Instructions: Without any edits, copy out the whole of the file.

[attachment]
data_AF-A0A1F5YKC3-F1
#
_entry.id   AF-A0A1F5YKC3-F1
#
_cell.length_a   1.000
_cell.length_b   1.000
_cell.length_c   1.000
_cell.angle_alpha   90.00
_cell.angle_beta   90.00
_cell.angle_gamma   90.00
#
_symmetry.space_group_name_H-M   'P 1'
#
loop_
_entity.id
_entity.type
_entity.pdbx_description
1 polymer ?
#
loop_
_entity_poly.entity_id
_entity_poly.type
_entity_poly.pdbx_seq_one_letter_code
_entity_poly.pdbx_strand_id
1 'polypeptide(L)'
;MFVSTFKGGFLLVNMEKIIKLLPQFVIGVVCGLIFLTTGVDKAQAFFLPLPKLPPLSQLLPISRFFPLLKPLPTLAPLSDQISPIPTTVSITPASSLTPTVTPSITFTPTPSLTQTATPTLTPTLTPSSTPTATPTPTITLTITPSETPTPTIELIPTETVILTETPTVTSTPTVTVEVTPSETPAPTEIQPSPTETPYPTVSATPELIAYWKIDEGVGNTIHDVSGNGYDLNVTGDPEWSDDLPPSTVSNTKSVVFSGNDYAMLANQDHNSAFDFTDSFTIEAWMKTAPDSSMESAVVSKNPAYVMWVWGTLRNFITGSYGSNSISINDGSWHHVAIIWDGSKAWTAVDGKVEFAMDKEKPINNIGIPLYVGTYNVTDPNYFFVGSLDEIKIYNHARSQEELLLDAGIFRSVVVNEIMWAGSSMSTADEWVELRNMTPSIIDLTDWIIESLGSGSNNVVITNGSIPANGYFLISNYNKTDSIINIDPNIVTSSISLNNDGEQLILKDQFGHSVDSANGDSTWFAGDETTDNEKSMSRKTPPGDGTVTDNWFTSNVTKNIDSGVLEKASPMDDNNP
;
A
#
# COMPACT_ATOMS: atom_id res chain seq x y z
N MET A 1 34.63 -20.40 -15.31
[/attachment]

data_AF-A0A1F5YKC3-F1
#
_entry.id   AF-A0A1F5YKC3-F1
#
_cell.length_a   1.000
_cell.length_b   1.000
_cell.length_c   1.000
_cell.angle_alpha   90.00
_cell.angle_beta   90.00
_cell.angle_gamma   90.00
#
_symmetry.space_group_name_H-M   'P 1'
#
loop_
_entity.id
_entity.type
_entity.pdbx_description
1 polymer ?
#
loop_
_entity_poly.entity_id
_entity_poly.type
_entity_poly.pdbx_seq_one_letter_code
_entity_poly.pdbx_strand_id
1 'polypeptide(L)'
;MFVSTFKGGFLLVNMEKIIKLLPQFVIGVVCGLIFLTTGVDKAQAFFLPLPKLPPLSQLLPISRFFPLLKPLPTLAPLSDQISPIPTTVSITPASSLTPTVTPSITFTPTPSLTQTATPTLTPTLTPSSTPTATPTPTITLTITPSETPTPTIELIPTETVILTETPTVTSTPTVTVEVTPSETPAPTEIQPSPTETPYPTVSATPELIAYWKIDEGVGNTIHDVSGNGYDLNVTGDPEWSDDLPPSTVSNTKSVVFSGNDYAMLANQDHNSAFDFTDSFTIEAWMKTAPDSSMESAVVSKNPAYVMWVWGTLRNFITGSYGSNSISINDGSWHHVAIIWDGSKAWTAVDGKVEFAMDKEKPINNIGIPLYVGTYNVTDPNYFFVGSLDEIKIYNHARSQEELLLDAGIFRSVVVNEIMWAGSSMSTADEWVELRNMTPSIIDLTDWIIESLGSGSNNVVITNGSIPANGYFLISNYNKTDSIINIDPNIVTSSISLNNDGEQLILKDQFGHSVDSANGDSTWFAGDETTDNEKSMSRKTPPGDGTVTDNWFTSNVTKNIDSGVLEKASPMDDNNP
;
A
#
# COMPACT_ATOMS: atom_id res chain seq x y z
N MET A 1 34.63 -20.40 -15.31